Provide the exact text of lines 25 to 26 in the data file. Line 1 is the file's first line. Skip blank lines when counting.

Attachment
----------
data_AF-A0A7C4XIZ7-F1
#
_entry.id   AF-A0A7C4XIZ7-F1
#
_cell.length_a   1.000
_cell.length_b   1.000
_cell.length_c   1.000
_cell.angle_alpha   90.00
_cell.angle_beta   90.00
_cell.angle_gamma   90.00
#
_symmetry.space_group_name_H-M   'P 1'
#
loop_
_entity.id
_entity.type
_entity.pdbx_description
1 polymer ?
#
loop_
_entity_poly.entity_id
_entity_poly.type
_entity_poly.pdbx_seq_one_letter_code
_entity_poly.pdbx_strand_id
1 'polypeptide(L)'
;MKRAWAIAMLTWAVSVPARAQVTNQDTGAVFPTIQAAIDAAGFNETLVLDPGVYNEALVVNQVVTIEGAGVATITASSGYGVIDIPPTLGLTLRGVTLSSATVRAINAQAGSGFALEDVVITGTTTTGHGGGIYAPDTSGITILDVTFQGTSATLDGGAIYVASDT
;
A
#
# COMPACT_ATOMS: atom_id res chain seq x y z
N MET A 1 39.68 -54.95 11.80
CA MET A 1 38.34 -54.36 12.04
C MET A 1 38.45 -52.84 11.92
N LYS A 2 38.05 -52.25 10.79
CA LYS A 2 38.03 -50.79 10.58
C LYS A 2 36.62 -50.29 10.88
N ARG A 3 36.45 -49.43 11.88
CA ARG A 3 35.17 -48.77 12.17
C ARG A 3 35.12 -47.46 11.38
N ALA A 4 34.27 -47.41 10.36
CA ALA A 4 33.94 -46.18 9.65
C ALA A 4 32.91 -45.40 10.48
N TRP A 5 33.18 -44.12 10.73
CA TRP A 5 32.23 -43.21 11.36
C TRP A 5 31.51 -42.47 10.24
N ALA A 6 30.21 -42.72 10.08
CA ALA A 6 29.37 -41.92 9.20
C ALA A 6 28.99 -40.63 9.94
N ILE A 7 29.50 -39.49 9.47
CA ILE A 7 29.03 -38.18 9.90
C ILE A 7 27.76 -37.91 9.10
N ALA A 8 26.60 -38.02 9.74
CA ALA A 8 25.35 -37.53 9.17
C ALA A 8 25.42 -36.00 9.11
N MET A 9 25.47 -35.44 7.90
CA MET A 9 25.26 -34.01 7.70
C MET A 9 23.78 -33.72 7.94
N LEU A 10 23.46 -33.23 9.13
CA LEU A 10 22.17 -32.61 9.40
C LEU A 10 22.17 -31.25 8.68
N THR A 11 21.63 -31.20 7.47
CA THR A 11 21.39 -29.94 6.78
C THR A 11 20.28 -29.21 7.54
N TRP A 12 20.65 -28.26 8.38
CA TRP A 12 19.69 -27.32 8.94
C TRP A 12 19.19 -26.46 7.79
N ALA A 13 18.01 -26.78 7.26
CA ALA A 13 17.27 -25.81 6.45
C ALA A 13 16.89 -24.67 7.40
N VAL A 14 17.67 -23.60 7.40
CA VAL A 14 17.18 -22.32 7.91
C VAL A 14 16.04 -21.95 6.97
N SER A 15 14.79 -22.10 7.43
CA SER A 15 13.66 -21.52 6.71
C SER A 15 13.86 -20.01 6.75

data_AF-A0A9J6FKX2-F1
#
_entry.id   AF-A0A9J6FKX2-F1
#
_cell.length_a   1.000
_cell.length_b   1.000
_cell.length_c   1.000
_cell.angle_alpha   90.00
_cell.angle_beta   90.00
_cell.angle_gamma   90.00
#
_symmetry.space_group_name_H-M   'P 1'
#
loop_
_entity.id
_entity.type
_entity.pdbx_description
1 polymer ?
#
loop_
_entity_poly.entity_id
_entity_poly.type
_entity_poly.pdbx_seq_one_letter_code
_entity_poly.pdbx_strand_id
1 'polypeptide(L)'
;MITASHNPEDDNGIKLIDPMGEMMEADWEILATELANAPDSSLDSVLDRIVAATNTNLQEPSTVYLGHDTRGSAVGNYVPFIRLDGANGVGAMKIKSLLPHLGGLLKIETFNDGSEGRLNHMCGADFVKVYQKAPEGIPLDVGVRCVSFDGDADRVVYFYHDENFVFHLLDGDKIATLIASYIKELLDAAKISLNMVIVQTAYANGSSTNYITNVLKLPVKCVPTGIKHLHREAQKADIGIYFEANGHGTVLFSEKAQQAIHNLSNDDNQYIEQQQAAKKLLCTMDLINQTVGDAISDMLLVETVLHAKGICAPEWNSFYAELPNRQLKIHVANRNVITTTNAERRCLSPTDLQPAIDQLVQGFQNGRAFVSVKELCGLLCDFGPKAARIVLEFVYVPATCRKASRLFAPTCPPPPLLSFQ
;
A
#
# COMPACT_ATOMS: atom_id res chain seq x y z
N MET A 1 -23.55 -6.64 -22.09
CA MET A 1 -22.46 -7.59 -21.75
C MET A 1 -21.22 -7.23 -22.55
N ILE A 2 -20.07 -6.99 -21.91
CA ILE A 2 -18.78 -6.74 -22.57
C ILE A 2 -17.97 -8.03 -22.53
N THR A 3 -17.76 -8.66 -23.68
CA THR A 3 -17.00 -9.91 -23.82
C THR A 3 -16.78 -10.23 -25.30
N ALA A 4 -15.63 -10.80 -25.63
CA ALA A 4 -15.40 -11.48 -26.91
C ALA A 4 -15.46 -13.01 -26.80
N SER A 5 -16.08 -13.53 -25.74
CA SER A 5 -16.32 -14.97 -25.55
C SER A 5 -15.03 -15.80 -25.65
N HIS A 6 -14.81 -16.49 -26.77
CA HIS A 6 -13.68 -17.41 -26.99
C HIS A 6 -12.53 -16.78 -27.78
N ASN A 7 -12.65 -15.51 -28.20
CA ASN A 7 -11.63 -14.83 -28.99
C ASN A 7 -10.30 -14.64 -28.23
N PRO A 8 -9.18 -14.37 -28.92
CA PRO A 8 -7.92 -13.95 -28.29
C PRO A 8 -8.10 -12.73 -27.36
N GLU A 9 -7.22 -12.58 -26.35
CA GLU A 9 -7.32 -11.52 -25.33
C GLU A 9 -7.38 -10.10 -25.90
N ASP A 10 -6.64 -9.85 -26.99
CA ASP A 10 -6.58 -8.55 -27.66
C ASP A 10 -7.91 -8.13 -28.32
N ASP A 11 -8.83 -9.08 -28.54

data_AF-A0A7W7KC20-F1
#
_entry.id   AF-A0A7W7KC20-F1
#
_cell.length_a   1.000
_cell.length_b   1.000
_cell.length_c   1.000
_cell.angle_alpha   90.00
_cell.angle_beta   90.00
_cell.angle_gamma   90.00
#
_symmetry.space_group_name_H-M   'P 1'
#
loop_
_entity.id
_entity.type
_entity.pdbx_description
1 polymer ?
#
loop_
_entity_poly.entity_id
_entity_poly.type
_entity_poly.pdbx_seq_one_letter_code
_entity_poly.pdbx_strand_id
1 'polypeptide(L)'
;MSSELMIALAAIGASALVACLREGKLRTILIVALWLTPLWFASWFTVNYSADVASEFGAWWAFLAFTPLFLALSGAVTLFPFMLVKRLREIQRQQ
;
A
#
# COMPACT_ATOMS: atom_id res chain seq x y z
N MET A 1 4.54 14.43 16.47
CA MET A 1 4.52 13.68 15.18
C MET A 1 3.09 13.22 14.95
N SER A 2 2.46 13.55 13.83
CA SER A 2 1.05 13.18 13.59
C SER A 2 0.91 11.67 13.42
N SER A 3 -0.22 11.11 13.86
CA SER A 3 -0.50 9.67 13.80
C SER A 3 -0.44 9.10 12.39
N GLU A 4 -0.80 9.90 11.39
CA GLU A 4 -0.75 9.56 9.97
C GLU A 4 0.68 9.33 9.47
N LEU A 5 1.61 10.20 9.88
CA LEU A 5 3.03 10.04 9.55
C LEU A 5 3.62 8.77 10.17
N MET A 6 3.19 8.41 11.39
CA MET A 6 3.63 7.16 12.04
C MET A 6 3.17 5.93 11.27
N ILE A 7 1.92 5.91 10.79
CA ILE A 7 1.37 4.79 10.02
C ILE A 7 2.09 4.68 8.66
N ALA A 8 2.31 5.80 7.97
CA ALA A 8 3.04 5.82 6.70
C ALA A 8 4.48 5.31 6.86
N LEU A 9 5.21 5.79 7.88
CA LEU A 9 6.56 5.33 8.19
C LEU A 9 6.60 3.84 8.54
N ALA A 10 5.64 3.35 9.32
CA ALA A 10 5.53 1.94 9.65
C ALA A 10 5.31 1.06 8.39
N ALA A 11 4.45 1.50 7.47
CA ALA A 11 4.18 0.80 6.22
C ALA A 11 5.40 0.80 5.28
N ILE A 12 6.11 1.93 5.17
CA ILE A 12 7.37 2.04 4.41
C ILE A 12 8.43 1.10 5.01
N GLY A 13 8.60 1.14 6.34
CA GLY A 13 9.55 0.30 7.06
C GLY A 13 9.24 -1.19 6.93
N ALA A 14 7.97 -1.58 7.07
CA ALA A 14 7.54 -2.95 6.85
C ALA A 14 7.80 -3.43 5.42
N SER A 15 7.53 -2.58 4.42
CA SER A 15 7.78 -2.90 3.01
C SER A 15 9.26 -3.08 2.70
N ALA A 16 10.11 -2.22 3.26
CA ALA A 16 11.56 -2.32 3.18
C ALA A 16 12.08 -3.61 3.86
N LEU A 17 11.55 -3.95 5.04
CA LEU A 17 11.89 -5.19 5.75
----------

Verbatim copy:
1 'polypeptide(L)'
;MKRAWAIAMLTWAVSVPARAQVTNQDTGAVFPTIQAAIDAAGFNETLVLDPGVYNEALVVNQVVTIEGAGVATITASSGYGVIDIPPTLGLTLRGVTLSSATVRAINAQAGSGFALEDVVITGTTTTGHGGGIYAPDTSGITILDVTFQGTSATLDGGAIYVASDT